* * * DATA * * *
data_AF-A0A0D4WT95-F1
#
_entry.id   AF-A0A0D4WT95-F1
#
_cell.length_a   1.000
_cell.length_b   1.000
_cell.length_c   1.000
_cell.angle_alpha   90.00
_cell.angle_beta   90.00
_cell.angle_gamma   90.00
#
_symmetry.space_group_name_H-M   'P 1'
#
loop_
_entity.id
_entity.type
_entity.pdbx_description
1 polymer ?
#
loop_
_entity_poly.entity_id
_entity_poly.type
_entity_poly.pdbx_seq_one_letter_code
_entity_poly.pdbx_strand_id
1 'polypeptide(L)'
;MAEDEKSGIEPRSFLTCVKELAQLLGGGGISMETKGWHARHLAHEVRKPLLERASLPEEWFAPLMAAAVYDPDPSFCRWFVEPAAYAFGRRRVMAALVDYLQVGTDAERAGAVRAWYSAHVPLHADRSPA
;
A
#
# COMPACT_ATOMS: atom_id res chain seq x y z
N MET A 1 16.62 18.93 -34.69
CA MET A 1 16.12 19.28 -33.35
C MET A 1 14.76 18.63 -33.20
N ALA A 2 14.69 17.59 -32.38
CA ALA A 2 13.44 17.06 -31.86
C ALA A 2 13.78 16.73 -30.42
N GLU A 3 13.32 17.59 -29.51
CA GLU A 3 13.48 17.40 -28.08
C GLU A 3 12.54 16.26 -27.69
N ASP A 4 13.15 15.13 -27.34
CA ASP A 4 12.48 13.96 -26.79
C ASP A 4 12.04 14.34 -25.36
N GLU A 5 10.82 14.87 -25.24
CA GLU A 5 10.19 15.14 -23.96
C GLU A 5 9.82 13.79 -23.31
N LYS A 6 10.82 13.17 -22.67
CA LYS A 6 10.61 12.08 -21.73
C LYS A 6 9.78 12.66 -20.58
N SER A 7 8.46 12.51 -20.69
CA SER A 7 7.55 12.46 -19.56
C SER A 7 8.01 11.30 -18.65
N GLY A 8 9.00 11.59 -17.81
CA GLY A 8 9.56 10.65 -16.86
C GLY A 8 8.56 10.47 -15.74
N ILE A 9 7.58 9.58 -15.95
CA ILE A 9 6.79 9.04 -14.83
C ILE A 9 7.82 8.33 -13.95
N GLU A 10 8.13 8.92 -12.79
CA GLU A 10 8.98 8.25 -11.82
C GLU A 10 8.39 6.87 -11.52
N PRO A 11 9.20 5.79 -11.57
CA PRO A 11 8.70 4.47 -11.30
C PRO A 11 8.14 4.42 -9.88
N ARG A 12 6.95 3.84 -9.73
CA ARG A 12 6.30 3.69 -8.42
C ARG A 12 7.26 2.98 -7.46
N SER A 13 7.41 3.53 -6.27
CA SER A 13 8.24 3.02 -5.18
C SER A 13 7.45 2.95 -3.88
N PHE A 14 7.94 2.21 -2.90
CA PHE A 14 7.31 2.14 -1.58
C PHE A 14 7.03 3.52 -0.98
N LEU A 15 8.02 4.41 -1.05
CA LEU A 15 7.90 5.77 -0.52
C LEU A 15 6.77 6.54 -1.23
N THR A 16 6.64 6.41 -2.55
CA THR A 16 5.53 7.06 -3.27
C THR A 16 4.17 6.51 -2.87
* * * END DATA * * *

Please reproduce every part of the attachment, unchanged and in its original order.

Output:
data_AF-A0A0D4WT95-F1
#
_entry.id   AF-A0A0D4WT95-F1
#
_cell.length_a   1.000
_cell.length_b   1.000
_cell.length_c   1.000
_cell.angle_alpha   90.00
_cell.angle_beta   90.00
_cell.angle_gamma   90.00
#
_symmetry.space_group_name_H-M   'P 1'
#
loop_
_entity.id
_entity.type
_entity.pdbx_description
1 polymer ?
#
loop_
_entity_poly.entity_id
_entity_poly.type
_entity_poly.pdbx_seq_one_letter_code
_entity_poly.pdbx_strand_id
1 'polypeptide(L)'
;MAEDEKSGIEPRSFLTCVKELAQLLGGGGISMETKGWHARHLAHEVRKPLLERASLPEEWFAPLMAAAVYDPDPSFCRWFVEPAAYAFGRRRVMAALVDYLQVGTDAERAGAVRAWYSAHVPLHADRSPA
;
A
#
# COMPACT_ATOMS: atom_id res chain seq x y z
N MET A 1 16.62 18.93 -34.69
CA MET A 1 16.12 19.28 -33.35
C MET A 1 14.76 18.63 -33.20
N ALA A 2 14.69 17.59 -32.38
CA ALA A 2 13.44 17.06 -31.86
C ALA A 2 13.78 16.73 -30.42
N GLU A 3 13.32 17.59 -29.51
CA GLU A 3 13.48 17.40 -28.08
C GLU A 3 12.54 16.26 -27.69
N ASP A 4 13.15 15.13 -27.34
CA ASP A 4 12.48 13.96 -26.79
C ASP A 4 12.04 14.34 -25.36
N GLU A 5 10.82 14.87 -25.24
CA GLU A 5 10.19 15.14 -23.96
C GLU A 5 9.82 13.79 -23.31
N LYS A 6 10.82 13.17 -22.67
CA LYS A 6 10.61 12.08 -21.73
C LYS A 6 9.78 12.66 -20.58
N SER A 7 8.46 12.51 -20.69
CA SER A 7 7.55 12.46 -19.56
C SER A 7 8.01 11.30 -18.65
N GLY A 8 9.00 11.59 -17.81
CA GLY A 8 9.56 10.65 -16.86
C GLY A 8 8.56 10.47 -15.74
N ILE A 9 7.58 9.58 -15.95
CA ILE A 9 6.79 9.04 -14.83
C ILE A 9 7.82 8.33 -13.95
N GLU A 10 8.13 8.92 -12.79
CA GLU A 10 8.98 8.25 -11.82
C GLU A 10 8.39 6.87 -11.52
N PRO A 11 9.20 5.79 -11.57
CA PRO A 11 8.70 4.47 -11.30
C PRO A 11 8.14 4.42 -9.88
N ARG A 12 6.95 3.84 -9.73
CA ARG A 12 6.30 3.69 -8.42
C ARG A 12 7.26 2.98 -7.46
N SER A 13 7.41 3.53 -6.27
CA SER A 13 8.24 3.02 -5.18
C SER A 13 7.45 2.95 -3.88
N PHE A 14 7.94 2.21 -2.90
CA PHE A 14 7.31 2.14 -1.58
C PHE A 14 7.03 3.52 -0.98
N LEU A 15 8.02 4.41 -1.05
CA LEU A 15 7.90 5.77 -0.52
C LEU A 15 6.77 6.54 -1.23
N THR A 16 6.64 6.41 -2.55
CA THR A 16 5.53 7.06 -3.27
C THR A 16 4.17 6.51 -2.87